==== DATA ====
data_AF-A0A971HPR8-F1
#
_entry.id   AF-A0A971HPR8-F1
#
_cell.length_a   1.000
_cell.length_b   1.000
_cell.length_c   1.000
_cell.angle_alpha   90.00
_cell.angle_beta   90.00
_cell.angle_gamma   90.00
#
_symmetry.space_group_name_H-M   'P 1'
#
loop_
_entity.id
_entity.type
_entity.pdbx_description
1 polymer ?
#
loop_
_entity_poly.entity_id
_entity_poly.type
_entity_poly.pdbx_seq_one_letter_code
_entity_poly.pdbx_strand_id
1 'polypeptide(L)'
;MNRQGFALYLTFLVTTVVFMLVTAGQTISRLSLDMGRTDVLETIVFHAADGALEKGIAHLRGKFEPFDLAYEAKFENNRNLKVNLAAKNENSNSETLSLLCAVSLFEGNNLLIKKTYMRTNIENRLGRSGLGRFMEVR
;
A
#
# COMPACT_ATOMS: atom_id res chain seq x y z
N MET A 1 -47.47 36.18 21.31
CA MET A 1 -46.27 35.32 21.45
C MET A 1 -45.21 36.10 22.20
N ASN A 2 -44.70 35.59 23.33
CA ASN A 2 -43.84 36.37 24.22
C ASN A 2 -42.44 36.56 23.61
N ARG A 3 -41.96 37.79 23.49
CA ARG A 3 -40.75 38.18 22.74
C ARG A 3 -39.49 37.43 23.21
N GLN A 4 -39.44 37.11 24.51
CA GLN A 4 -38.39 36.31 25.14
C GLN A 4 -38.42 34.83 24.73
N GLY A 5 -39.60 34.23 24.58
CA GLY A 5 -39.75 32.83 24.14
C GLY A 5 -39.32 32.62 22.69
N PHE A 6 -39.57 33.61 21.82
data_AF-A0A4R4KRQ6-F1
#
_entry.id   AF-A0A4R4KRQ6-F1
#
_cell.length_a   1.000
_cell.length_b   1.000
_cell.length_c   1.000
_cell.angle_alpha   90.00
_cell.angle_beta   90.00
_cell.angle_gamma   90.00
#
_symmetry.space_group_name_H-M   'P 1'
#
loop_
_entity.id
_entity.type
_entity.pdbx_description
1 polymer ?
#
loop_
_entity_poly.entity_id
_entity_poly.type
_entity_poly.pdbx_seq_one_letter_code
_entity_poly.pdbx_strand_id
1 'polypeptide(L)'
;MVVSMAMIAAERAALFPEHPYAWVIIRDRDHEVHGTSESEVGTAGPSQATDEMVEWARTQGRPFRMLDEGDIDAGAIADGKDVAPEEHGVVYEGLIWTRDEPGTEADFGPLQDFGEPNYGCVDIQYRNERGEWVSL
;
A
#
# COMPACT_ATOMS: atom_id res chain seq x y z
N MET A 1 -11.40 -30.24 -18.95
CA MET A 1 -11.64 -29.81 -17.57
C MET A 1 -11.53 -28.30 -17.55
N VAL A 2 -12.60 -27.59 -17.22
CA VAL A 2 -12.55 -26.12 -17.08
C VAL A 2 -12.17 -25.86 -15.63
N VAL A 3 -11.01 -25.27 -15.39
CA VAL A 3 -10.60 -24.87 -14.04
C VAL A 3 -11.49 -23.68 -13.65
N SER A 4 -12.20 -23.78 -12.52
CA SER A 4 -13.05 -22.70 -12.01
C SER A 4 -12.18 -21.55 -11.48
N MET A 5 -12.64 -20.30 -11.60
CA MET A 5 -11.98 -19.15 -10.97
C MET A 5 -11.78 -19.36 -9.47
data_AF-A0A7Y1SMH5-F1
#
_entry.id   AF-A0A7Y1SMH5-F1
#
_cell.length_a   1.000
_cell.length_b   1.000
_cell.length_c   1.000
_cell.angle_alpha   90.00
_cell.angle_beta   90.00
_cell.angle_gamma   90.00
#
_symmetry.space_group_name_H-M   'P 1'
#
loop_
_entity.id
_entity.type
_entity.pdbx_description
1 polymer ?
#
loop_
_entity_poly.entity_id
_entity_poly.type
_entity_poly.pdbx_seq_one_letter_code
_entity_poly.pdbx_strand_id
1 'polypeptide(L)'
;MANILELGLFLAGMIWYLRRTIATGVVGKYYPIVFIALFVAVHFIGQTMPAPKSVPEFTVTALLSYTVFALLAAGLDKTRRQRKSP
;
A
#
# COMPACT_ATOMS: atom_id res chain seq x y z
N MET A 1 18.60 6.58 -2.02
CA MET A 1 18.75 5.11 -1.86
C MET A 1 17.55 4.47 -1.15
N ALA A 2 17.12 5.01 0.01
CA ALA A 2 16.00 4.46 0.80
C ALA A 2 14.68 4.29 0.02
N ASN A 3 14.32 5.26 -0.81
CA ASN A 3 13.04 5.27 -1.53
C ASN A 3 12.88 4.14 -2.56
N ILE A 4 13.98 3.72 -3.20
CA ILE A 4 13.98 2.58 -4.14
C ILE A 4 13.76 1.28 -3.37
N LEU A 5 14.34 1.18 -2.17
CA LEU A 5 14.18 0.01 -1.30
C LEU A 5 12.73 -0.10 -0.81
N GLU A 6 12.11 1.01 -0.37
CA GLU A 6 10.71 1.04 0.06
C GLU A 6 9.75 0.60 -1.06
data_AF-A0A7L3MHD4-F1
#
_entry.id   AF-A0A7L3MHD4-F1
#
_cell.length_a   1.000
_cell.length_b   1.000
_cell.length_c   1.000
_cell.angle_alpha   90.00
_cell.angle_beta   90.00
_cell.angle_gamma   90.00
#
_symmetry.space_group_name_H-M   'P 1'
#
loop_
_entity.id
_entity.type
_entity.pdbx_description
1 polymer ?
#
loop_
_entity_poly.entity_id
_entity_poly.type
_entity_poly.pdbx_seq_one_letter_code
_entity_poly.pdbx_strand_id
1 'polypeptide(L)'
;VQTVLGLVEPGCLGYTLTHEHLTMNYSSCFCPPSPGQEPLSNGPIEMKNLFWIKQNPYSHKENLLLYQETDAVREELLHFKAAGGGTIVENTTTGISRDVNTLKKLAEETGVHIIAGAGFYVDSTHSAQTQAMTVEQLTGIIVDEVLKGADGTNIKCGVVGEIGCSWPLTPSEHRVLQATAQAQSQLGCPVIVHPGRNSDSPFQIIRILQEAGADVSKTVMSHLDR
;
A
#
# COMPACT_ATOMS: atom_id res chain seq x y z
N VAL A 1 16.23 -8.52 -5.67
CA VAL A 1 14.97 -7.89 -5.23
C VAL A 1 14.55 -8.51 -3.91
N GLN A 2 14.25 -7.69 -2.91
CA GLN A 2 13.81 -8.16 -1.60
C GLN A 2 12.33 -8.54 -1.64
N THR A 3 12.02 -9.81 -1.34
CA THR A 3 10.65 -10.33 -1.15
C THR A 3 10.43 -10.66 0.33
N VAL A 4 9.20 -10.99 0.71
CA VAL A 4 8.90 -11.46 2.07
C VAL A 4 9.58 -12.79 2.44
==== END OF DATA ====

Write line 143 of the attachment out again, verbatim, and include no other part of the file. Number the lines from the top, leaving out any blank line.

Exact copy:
#